- briefly summarize the articles you used
- Go through the social problems framework, discuss whether the issues the articles address pose a social problem; describe why or why not;
- discuss how they relate to 1984
The point behind this assignment is to see that you can discuss and analyze a social problem, using the tools we’ve discussed in class. That’s what I’ll be looking for. If you stray from this, it will be difficult to do well on this assignment, so make sure you’re clear on how you can go about analyzing a social problem.
An exercise in critical thinking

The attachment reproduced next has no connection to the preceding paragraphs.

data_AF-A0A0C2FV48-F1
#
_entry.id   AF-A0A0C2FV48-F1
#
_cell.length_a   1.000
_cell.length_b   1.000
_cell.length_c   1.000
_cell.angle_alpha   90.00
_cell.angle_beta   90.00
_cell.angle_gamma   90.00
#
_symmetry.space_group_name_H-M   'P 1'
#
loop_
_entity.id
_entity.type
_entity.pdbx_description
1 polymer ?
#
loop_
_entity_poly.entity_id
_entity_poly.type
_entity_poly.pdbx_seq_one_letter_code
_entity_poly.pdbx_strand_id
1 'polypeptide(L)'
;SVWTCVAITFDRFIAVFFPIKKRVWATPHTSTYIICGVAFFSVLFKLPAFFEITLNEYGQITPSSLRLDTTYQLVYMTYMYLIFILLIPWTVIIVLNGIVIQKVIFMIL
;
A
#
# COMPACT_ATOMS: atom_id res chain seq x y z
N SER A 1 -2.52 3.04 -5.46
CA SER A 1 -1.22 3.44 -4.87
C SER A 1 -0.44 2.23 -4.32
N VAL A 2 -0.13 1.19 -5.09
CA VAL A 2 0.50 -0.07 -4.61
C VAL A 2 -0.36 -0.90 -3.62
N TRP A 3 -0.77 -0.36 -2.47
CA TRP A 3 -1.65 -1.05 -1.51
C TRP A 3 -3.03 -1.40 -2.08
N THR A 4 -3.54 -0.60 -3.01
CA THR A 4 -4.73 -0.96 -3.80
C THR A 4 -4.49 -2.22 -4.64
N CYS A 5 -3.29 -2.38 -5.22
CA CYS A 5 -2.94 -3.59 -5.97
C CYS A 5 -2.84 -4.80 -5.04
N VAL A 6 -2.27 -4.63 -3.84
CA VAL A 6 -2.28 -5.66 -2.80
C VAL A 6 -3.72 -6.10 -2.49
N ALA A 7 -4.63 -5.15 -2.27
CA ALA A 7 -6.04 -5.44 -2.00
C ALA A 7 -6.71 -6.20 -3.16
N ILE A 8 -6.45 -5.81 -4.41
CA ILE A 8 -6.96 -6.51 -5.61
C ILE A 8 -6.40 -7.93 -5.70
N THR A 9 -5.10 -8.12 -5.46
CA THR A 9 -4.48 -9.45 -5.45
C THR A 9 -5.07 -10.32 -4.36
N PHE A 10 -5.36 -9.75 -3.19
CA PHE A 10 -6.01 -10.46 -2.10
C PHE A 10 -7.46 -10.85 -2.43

This assignment is part of a university-wide effort to assess the critical thinking component of the general education curriculum. Critical thinking involves efforts to identify and explain issues, recognize contexts and assumptions, acknowledge multiple perspectives, and evaluate evidence to reach conclusions. The key component for this paper involves analyzing Orwell’s book, and applying what you’ve learned to contemporary society. There are many parallels—the US is currently involved in two wars, and Afghanistan is now the longest military engagement in the country’s history. At various times during the last nine years, the White House has emphasized the ‘war on terror,’ the need for various kinds of surveillance (or spying), torture, censorship of the press, etc. They have held suspected terrorists, without trial or legal representation, in prisons outside US borders, and kidnapped suspects and taken them to third party countries where torture is a routine and governmental enterprise (‘extraordinary rendition’). So there is evidence that some of what Orwell discusses in the book occurs in contemporary society. They have manufactured incidents designed to vilify the ‘enemy’ and create heroes of US soldiers (Jessica Lynch and Pat Tillman). Much of this has been done in the interest of ‘national security.’